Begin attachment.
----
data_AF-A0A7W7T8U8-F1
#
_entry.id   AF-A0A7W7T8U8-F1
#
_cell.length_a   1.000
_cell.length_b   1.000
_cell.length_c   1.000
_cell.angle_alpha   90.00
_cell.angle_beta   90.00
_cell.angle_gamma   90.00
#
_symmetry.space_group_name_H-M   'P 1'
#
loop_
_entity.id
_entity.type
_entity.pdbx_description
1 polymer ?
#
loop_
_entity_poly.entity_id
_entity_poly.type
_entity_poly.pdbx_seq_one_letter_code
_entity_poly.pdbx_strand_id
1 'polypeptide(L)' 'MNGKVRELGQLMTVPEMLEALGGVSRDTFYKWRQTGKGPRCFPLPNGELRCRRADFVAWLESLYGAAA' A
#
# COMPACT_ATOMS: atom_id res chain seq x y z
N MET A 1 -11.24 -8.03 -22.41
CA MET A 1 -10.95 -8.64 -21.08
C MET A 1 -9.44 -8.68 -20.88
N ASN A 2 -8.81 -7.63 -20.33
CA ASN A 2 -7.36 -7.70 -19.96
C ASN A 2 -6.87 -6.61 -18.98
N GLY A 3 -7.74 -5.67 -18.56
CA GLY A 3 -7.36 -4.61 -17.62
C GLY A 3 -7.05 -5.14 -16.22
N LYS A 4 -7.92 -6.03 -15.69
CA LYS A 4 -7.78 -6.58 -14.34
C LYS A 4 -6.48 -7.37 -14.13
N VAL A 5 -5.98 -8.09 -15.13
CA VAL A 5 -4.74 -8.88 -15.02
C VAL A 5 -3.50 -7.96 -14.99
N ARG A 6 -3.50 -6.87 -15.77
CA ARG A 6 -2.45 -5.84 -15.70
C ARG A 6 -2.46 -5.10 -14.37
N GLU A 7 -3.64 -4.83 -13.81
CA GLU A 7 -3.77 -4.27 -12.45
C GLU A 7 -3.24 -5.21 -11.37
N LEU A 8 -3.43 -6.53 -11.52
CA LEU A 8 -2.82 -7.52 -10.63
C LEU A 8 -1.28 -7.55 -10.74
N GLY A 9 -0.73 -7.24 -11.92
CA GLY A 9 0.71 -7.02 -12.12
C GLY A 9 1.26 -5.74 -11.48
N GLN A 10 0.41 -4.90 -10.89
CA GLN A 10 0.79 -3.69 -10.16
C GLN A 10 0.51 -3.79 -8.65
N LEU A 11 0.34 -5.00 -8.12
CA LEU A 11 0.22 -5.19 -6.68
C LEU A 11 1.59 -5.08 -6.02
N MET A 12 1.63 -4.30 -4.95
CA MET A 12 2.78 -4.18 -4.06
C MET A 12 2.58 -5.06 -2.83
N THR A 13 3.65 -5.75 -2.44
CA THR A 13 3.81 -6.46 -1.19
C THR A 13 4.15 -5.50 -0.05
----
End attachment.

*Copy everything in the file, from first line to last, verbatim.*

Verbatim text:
data_AF-A0A7W7T8U8-F1
#
_entry.id   AF-A0A7W7T8U8-F1
#
_cell.length_a   1.000
_cell.length_b   1.000
_cell.length_c   1.000
_cell.angle_alpha   90.00
_cell.angle_beta   90.00
_cell.angle_gamma   90.00
#
_symmetry.space_group_name_H-M   'P 1'
#
loop_
_entity.id
_entity.type
_entity.pdbx_description
1 polymer ?
#
loop_
_entity_poly.entity_id
_entity_poly.type
_entity_poly.pdbx_seq_one_letter_code
_entity_poly.pdbx_strand_id
1 'polypeptide(L)' 'MNGKVRELGQLMTVPEMLEALGGVSRDTFYKWRQTGKGPRCFPLPNGELRCRRADFVAWLESLYGAAA' A
#
# COMPACT_ATOMS: atom_id res chain seq x y z
N MET A 1 -11.24 -8.03 -22.41
CA MET A 1 -10.95 -8.64 -21.08
C MET A 1 -9.44 -8.68 -20.88
N ASN A 2 -8.81 -7.63 -20.33
CA ASN A 2 -7.36 -7.70 -19.96
C ASN A 2 -6.87 -6.61 -18.98
N GLY A 3 -7.74 -5.67 -18.56
CA GLY A 3 -7.36 -4.61 -17.62
C GLY A 3 -7.05 -5.14 -16.22
N LYS A 4 -7.92 -6.03 -15.69
CA LYS A 4 -7.78 -6.58 -14.34
C LYS A 4 -6.48 -7.37 -14.13
N VAL A 5 -5.98 -8.09 -15.13
CA VAL A 5 -4.74 -8.88 -15.02
C VAL A 5 -3.50 -7.96 -14.99
N ARG A 6 -3.50 -6.87 -15.77
CA ARG A 6 -2.45 -5.84 -15.70
C ARG A 6 -2.46 -5.10 -14.37
N GLU A 7 -3.64 -4.83 -13.81
CA GLU A 7 -3.77 -4.27 -12.45
C GLU A 7 -3.24 -5.21 -11.37
N LEU A 8 -3.43 -6.53 -11.52
CA LEU A 8 -2.82 -7.52 -10.63
C LEU A 8 -1.28 -7.55 -10.74
N GLY A 9 -0.73 -7.24 -11.92
CA GLY A 9 0.71 -7.02 -12.12
C GLY A 9 1.26 -5.74 -11.48
N GLN A 10 0.41 -4.90 -10.89
CA GLN A 10 0.79 -3.69 -10.16
C GLN A 10 0.51 -3.79 -8.65
N LEU A 11 0.34 -5.00 -8.12
CA LEU A 11 0.22 -5.19 -6.68
C LEU A 11 1.59 -5.08 -6.02
N MET A 12 1.63 -4.30 -4.95
CA MET A 12 2.78 -4.18 -4.06
C MET A 12 2.58 -5.06 -2.83
N THR A 13 3.65 -5.75 -2.44
CA THR A 13 3.81 -6.46 -1.19
C THR A 13 4.15 -5.50 -0.05